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Adventures in Tithing View Comments
By Marilynn Judd

THERE IS a curious passage in the biblical Book of Malachi: “Bring the whole tithe into the storehouse, That there may be food in my house, and try me in this, says the LORD of hosts: Shall I not open for you the floodgates of heaven, to pour down blessing upon you without measure?” (3:10). It sounds as if God is issuing a dare to the reader.

I might have read this passage before, but it did not come alive for me until 1982 when I heard a priest quote it and witness about what tithing had done to transform his finances. That priests had financial problems was a revelation, but frequent bank overdrafts proved that my family surely did. My husband, Steve, and I had five kids in parochial schools, mortgage payments, dental and medical bills and a car dying of rust disease. I ordered the kids not to grow, but they stubbornly disobeyed, inhaling food and bursting out of their clothes. You can perhaps understand why “blessings without measure” might have appealed to me.

The bubble burst, however, when the priest spoke of tithing 10 percent of one’s gross income. “Isn’t that a typical priest idea?” I said to my husband. “What does he know about a family’s cost of living?” I spent much time muttering about the stupidity of giving away money when you needed money.

What finally turned the tide was the dare: “... try me in this, says the LORD ...” I know God keeps his word, but I also knew from past experiences that his blessings didn’t always match my wants. Nevertheless, in a leap of faith, we (with a wrong motivation) desperately and fearfully wrote those first tithing checks, off the top. “We are signing up for a life of rags and oatmeal!” I complained.

But this complaint was countered by a blessing. Steve found a shiny stone on the sidewalk. He took it to a jeweler who said it was a diamond. We were unable to find the owner, so Steve had it set into a ring for me. (We had no money before we married, so I didn’t have an engagement ring.) The new ring on my finger was a constant and sparkling reminder that tithing isn’t a doorway to deprivation and misery.

As for the oatmeal, I (almost effortlessly, it seemed) became an expert shopper and a skilled cook, finding bargains everywhere, not only on food, but on clothing and other needs also. People gave us odd gifts — the most extraordinary being a good, undented station wagon, just before our old car expired.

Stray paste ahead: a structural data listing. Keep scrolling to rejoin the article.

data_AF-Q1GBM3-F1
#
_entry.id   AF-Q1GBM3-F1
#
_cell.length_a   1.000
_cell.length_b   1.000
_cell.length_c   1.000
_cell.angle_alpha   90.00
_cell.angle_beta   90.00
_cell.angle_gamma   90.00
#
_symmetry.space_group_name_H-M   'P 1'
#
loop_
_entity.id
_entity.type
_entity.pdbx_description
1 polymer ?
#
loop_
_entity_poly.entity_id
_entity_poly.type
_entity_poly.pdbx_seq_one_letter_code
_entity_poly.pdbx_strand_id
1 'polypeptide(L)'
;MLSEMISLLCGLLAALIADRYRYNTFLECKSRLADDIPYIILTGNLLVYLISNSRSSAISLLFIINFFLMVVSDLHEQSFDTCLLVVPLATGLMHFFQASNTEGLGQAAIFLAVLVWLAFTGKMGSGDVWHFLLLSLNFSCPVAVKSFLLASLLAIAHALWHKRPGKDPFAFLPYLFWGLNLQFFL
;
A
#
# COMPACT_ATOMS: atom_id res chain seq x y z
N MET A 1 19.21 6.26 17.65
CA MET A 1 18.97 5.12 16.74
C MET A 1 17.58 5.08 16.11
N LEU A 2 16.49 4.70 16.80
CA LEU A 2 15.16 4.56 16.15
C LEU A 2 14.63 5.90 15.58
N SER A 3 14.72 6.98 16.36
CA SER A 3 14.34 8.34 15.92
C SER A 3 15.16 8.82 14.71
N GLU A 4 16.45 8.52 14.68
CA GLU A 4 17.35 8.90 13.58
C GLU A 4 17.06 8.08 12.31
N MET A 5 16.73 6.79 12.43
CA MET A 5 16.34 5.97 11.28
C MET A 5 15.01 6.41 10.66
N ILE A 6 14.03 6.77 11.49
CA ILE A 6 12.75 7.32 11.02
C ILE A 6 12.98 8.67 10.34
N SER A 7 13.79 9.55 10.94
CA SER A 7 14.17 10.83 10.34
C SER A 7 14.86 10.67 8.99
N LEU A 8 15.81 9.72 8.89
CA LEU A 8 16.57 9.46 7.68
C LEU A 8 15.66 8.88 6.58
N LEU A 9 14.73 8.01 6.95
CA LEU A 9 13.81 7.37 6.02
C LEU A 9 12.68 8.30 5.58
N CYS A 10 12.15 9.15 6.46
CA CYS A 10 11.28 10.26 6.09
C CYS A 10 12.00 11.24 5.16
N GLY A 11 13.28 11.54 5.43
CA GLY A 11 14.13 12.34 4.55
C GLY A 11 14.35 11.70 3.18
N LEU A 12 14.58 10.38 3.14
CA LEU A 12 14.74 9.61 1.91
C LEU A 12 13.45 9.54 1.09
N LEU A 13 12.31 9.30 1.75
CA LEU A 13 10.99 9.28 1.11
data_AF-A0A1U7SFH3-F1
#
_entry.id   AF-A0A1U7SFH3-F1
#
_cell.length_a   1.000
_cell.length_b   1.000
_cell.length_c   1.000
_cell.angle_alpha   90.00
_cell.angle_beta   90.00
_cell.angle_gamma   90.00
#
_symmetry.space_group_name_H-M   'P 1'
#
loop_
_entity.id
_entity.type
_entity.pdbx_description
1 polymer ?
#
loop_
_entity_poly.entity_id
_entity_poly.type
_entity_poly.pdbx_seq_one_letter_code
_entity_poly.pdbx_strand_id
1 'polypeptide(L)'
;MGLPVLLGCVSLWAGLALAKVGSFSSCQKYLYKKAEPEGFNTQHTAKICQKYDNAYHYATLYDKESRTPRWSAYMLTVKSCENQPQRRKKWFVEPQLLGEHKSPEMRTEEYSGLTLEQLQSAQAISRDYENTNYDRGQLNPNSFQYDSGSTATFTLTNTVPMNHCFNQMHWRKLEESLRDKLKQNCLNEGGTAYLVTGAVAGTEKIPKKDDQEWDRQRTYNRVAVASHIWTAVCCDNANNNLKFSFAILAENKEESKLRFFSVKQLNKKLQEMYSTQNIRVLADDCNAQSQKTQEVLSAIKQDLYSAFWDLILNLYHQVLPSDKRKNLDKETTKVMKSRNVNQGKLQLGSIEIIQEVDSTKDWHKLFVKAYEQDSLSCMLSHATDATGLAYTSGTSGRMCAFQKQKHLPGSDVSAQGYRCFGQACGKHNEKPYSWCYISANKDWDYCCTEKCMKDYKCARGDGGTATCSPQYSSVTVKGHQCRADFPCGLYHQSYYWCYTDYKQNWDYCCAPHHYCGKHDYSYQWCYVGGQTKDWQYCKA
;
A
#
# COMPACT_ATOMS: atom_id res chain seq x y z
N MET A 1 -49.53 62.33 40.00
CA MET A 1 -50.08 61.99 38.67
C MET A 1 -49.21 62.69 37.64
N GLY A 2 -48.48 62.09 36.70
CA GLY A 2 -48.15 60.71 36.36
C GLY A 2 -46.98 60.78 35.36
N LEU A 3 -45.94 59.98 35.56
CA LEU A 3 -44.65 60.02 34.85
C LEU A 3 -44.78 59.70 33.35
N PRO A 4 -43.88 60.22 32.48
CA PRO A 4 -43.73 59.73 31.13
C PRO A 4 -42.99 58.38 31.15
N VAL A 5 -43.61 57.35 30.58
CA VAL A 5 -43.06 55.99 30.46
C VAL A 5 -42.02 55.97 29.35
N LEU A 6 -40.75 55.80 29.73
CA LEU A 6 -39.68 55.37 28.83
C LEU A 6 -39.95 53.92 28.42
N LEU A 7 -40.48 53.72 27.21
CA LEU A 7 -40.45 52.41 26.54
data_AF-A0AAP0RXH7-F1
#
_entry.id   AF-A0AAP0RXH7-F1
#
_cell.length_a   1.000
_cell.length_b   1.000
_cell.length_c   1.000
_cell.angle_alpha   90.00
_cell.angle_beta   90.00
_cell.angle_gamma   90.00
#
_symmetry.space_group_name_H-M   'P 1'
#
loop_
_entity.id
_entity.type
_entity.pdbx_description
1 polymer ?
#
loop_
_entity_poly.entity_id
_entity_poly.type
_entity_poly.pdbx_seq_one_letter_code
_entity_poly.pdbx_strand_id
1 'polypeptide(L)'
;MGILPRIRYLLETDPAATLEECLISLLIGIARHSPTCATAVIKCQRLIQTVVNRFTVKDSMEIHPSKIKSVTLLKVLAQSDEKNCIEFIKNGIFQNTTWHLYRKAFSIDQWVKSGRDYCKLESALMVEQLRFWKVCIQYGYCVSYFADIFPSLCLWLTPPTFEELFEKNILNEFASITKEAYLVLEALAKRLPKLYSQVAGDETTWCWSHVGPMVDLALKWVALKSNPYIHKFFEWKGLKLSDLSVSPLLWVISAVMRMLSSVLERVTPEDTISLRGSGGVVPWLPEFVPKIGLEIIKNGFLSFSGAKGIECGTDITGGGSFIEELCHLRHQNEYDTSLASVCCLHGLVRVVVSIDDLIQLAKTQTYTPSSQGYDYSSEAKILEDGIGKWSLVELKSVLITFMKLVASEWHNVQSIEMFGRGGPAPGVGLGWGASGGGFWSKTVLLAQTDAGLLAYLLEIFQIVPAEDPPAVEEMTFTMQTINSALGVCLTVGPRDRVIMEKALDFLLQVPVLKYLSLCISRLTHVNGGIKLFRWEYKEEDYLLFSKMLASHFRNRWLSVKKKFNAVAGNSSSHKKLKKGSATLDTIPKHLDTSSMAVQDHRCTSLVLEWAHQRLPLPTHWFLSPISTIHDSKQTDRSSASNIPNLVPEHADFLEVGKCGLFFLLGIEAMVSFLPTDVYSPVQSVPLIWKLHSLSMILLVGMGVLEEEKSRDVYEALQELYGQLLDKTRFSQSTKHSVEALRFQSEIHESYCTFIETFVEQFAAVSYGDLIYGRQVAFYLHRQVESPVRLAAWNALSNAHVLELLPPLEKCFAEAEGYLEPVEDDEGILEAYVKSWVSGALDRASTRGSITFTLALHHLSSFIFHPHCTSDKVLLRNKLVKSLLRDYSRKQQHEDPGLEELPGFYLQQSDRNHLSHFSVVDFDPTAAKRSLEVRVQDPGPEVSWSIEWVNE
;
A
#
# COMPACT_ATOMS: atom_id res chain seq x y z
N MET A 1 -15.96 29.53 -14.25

One day we realized, to our surprise, that we didn’t even miss the tithe. The overdrafts also stopped. God is trustworthy! In the beginning, until your trust is strengthened, God seems to go out of his way to overwhelm you with very tangible blessings. Bit by bit, negative motivations are transformed.

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Marilynn Judd is a writer from Roseville, Minn. She has written three nationally circulated newsletters and numerous magazine articles. Her latest book is Called, Equipped and Deployed to Love: The Foundation of Stewardship (Xulon Press).

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Pope Urban V: In 1362, the man elected pope declined the office. When the cardinals could not find another person among them for that important office, they turned to a relative stranger: the holy person we honor today. 
<p>The new Pope Urban V proved a wise choice. A Benedictine monk and canon lawyer, he was deeply spiritual and brilliant. He lived simply and modestly, which did not always earn him friends among clergymen who had become used to comfort and privilege. Still, he pressed for reform and saw to the restoration of churches and monasteries. Except for a brief period he spent most of his eight years as pope living away from Rome at Avignon, seat of the papacy from 1309 until shortly after his death.
</p><p>He came close but was not able to achieve one of his biggest goals—reuniting the Eastern and Western churches.
</p><p>As pope, Urban continued to follow the Benedictine Rule. Shortly before his death in 1370 he asked to be moved from the papal palace to the nearby home of his brother so he could say goodbye to the ordinary people he had so often helped.</p> American Catholic Blog Jesus does not demand great actions from us but simply surrender and gratitude.

 
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